An “us versus them” mentality reinforces self-centeredness and divides Americans one from another. We must be constantly aware of when others – or ourselves – use ‘Us vs. Them’ thinking and must reject it everywhere it is found. Viewing any other human as ‘them’, or as ‘other’ sets us up to elevating ourselves as being better than others.

This ‘Us vs. Them’ mindset most often leads to hate, to division, and to discrimination. When taken further, ‘Us vs. Them’ thinking can lead to genocide or to war. While such thinking may seem small and of little significance, it is the root of hate and violence. We make always be vigilant for thinking and rhetoric that artificially and wrongly pits Americans against one another. It is the ultimate form of unkindness. Conversely, acceptance of others is the greatest form of kindness there is. Acceptance does not necessarily means approval, but that we accept where people are right now and who they are right now. Alcoholics Anonymous has a wonderful saying that is very appropriate here:

 

“And acceptance is the answer to all my problems today. When I am disturbed, it is because I find some person, place, thing, or situation unacceptable to me, and I can find no serenity until I accept that person, place, thing, or situation as being exactly the way it is supposed to be at this moment. Nothing, absolutely nothing happens in God’s world by mistake. Until I could accept my alcoholism, I could not stay sober; unless I accept life completely on life’s terms, I cannot be happy. I need to concentrate not so much on what needs to be changed in the world as on what needs to be changed in me and my attitudes.” (Page 449 of the book Alcoholics Anonymous)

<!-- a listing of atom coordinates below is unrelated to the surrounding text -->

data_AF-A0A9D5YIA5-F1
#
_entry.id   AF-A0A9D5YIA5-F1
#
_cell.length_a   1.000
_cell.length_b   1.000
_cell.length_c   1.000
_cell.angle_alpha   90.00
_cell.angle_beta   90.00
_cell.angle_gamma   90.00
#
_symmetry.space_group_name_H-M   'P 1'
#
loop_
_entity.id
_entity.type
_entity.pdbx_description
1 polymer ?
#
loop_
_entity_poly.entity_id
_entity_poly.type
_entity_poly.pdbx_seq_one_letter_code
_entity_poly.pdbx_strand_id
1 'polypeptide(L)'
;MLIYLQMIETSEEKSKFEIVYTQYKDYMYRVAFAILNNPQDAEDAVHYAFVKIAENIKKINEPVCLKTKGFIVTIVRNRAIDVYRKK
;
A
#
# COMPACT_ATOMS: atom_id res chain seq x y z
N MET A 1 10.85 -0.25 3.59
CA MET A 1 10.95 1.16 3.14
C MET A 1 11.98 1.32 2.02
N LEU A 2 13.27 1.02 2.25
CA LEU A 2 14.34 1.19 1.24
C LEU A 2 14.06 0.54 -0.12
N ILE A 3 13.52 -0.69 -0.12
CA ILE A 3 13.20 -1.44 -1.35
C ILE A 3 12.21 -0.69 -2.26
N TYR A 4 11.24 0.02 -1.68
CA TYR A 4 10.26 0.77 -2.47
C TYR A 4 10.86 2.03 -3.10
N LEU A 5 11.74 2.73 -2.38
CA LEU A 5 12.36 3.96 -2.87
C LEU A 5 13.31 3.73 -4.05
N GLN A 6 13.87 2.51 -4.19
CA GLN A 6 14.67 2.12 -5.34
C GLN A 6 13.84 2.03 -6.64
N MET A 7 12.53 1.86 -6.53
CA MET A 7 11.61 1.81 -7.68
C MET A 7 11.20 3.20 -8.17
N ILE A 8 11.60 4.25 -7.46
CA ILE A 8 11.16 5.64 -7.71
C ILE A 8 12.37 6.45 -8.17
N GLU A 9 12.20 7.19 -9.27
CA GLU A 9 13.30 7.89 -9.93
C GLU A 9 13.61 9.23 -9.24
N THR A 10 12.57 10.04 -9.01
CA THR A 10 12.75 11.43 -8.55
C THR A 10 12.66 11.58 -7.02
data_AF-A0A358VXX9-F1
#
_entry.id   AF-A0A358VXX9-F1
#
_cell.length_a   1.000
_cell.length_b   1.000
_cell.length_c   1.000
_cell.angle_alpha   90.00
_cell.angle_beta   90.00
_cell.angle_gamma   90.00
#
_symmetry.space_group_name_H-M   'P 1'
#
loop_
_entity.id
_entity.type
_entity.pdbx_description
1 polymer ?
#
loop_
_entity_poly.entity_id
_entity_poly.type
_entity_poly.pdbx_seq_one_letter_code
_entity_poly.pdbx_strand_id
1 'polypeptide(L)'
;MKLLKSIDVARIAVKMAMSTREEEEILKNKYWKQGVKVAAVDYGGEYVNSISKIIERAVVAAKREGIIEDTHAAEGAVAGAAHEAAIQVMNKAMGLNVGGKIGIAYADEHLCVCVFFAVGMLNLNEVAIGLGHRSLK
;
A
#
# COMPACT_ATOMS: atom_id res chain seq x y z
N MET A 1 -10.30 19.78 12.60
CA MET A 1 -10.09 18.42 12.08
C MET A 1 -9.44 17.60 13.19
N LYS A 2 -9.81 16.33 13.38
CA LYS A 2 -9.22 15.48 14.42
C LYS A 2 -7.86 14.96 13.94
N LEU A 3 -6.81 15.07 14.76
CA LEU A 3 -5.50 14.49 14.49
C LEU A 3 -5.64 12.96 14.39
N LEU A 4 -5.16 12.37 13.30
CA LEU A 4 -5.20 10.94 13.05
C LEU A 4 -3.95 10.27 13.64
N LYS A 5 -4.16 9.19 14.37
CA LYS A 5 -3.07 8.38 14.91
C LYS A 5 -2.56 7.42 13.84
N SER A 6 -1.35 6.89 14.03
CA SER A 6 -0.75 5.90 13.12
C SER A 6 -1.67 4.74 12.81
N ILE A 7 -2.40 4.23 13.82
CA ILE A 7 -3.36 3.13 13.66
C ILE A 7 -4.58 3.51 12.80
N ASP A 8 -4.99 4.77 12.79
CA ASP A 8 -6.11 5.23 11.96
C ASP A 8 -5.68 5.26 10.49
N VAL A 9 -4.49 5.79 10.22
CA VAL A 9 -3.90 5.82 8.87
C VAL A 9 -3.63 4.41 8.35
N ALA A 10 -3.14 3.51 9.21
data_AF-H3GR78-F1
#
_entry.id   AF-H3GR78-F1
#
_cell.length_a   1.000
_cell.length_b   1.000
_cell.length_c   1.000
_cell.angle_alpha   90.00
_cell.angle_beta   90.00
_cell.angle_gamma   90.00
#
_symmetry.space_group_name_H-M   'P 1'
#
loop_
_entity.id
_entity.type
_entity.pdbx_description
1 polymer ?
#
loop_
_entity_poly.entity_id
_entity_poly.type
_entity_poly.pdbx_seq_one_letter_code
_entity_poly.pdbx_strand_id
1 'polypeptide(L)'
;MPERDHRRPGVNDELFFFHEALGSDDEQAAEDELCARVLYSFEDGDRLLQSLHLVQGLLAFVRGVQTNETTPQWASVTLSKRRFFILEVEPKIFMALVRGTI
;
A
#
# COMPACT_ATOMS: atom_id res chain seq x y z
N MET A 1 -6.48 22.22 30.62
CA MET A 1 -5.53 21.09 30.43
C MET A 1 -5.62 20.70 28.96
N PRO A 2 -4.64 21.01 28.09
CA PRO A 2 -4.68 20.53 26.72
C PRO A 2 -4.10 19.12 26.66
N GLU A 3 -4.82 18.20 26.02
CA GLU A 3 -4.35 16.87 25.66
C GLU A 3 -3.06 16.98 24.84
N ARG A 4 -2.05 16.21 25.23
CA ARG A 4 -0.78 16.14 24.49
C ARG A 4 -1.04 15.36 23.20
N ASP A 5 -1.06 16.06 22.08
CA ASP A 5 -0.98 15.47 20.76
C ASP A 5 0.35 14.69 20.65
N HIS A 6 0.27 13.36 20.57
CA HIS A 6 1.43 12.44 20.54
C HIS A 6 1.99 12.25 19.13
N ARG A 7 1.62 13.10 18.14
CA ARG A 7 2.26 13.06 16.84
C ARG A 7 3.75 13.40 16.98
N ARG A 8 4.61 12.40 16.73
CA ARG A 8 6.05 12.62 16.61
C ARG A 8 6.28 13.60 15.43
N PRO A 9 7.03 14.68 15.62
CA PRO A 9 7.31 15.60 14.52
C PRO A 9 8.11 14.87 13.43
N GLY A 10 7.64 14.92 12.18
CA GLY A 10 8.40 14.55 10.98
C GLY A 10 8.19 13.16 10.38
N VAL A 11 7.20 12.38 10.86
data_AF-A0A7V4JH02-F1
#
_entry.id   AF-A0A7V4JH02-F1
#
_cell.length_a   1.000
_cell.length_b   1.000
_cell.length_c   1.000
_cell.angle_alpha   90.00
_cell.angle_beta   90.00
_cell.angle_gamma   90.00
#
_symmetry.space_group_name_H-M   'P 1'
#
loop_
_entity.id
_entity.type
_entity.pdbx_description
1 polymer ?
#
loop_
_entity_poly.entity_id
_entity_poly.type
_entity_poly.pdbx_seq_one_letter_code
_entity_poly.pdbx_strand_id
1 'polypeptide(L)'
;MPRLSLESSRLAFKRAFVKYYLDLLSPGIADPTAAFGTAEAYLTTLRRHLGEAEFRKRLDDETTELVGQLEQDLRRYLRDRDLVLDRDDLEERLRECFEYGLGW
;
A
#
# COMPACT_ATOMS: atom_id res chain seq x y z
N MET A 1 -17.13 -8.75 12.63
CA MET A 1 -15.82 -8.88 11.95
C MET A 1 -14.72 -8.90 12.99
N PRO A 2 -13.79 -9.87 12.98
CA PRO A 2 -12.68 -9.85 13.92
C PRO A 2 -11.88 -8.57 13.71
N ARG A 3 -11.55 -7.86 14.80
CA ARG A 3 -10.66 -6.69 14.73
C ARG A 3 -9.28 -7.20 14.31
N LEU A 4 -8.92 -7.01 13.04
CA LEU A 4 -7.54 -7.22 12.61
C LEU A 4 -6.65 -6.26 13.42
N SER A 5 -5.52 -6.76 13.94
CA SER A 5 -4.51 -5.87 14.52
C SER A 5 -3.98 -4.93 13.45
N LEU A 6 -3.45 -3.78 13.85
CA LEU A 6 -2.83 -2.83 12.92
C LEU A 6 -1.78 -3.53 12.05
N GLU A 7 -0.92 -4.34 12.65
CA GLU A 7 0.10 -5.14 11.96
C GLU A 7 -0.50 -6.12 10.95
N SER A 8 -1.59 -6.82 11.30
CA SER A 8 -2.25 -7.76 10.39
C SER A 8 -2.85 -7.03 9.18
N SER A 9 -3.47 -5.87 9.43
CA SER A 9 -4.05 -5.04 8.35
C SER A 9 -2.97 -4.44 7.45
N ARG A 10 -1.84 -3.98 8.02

Acceptance is merely about no longer fighting the world. It does not mean we are happy with how the world is or that we give up working to improve it. Acceptance just means that we are ok with others and with life the way it is right here, for now. When we are unhappy about something it is usually because we have been unable to accept it the way it is for now – today. Accepting something we cannot change is key to being able to move on and be happy. The things we can change over time, we can accept the way they are today while working to make it better tomorrow.

Accepting things we cannot change (including others) is a key to being happy in the present moment. This makes our task of being kind in the present moment easier as well. It is our kindness that will connect us one to another on an emotional level. It says, “I value you” and “You’re important”. The simple act of kindness and empathy actively minimizes the “us versus them” mentality.

Ron Hill